NASHVILLE — Tennessee would be the first state in the nation to hold a presidential primary, freeing it from having to compete for attention on Super Tuesday, under a new bill.
Democratic state lawmakers touted the need for the change on Tuesday, arguing that the Volunteer State has a more diverse voter base than Iowa and New Hampshire — the first two states to kick off the presidential primaries every four years.
“We feel very strongly that Tennessee in many ways would better represent the nation as a whole demographically, and for other reasons would be an ideal place to hold the first primary in the country,” said state Rep. Jason Powell, a Democrat from Nashville.
According to the legislation, Tennessee’s presidential primary would become the first in the nation by moving it from March 3 to Jan. 2, bypassing high-profile early voting states such as Iowa, New Hampshire, Nevada and South Carolina.
Scrutiny over which state gets to host its presidential primary first has increased during the 2020 election as the Democratic Party’s once robustly diverse field of potential challengers to Republican President Donald Trump has dwindled to four white front-runners.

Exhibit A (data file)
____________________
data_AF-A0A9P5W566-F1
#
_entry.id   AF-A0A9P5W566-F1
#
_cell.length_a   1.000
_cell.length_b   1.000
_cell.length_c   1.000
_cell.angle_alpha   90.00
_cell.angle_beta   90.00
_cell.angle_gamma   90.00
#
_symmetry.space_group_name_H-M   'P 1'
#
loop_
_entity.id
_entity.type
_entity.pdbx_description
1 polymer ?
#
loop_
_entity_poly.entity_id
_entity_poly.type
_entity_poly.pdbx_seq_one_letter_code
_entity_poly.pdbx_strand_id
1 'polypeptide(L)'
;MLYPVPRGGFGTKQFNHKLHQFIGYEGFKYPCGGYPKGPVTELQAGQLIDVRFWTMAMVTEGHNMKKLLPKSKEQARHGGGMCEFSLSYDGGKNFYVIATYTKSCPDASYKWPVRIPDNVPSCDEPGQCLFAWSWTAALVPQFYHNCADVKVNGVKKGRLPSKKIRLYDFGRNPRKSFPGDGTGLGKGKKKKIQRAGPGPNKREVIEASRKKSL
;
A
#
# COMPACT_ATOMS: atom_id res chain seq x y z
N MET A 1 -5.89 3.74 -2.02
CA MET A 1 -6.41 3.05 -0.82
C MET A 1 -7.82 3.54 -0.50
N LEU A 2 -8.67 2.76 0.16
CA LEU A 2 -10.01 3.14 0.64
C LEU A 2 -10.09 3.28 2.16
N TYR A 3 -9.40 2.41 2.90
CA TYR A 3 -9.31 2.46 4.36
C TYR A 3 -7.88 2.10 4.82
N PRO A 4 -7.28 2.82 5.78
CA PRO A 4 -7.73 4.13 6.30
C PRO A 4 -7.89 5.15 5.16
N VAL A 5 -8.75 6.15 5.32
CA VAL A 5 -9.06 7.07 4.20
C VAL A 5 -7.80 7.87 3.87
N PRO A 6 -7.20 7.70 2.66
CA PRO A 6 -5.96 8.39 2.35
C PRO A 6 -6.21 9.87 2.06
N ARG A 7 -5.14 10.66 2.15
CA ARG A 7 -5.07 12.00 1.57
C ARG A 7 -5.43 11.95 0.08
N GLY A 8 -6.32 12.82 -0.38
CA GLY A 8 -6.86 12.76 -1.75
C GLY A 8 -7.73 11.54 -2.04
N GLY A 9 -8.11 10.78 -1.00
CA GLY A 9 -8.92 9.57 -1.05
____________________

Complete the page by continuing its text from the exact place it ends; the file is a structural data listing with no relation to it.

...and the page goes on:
Iowa and New Hampshire have state populations that are approximately 90% white. Tennessee is roughly 75% white. The United States is 60% white.
“I think we make a good case. Are we the most diverse in the nation? Certainly not, but we certainly are much more diverse than Iowa or New Hampshire,” said state Sen. Raumesh Akbari, a Democrat from Memphis.
Powell said lawmakers specifically selected Jan. 2 because of a New Hampshire election law stipulating that its secretary of state must, if necessary, change the date of its primary to at least seven days before any similar election in other states.
That means New Hampshire would have to dip into 2023 if it wanted to host a primary election before Tennessee in the 2024 presidential race.
It’s unclear, however, if the move would be supported by national Republican and Democratic leaders. It’s also unknown if the legislation will find much support inside Tennessee’s Republican-dominant Statehouse. The legislation currently does not have any GOP co-sponsors.
Tennessee’s Democratic Party is holding off from endorsing the idea, noting that states have been punished when they attempted to sidestep rules outlined by the Democratic National Committee.
“In previous years, when other states have violated the rules by leapfrogging the set schedule, they have been penalized by losing all their delegates, leaving their voters with no voice at the national level,” spokeswoman Emily Cupples said in a statement.
In 2008, both Florida and Michigan defied national party leaders by holding their primaries in January, despite rules calling for states to hold such elections later in the year. As a result, the states lost delegate votes at the Democratic and GOP nominating conventions.
Nearly a quarter of primary delegates are up for grabs in the March 3 Super Tuesday contests, with 73 of those coming from Tennessee. Just seven other states will have more delegates than Tennessee on Super Tuesday.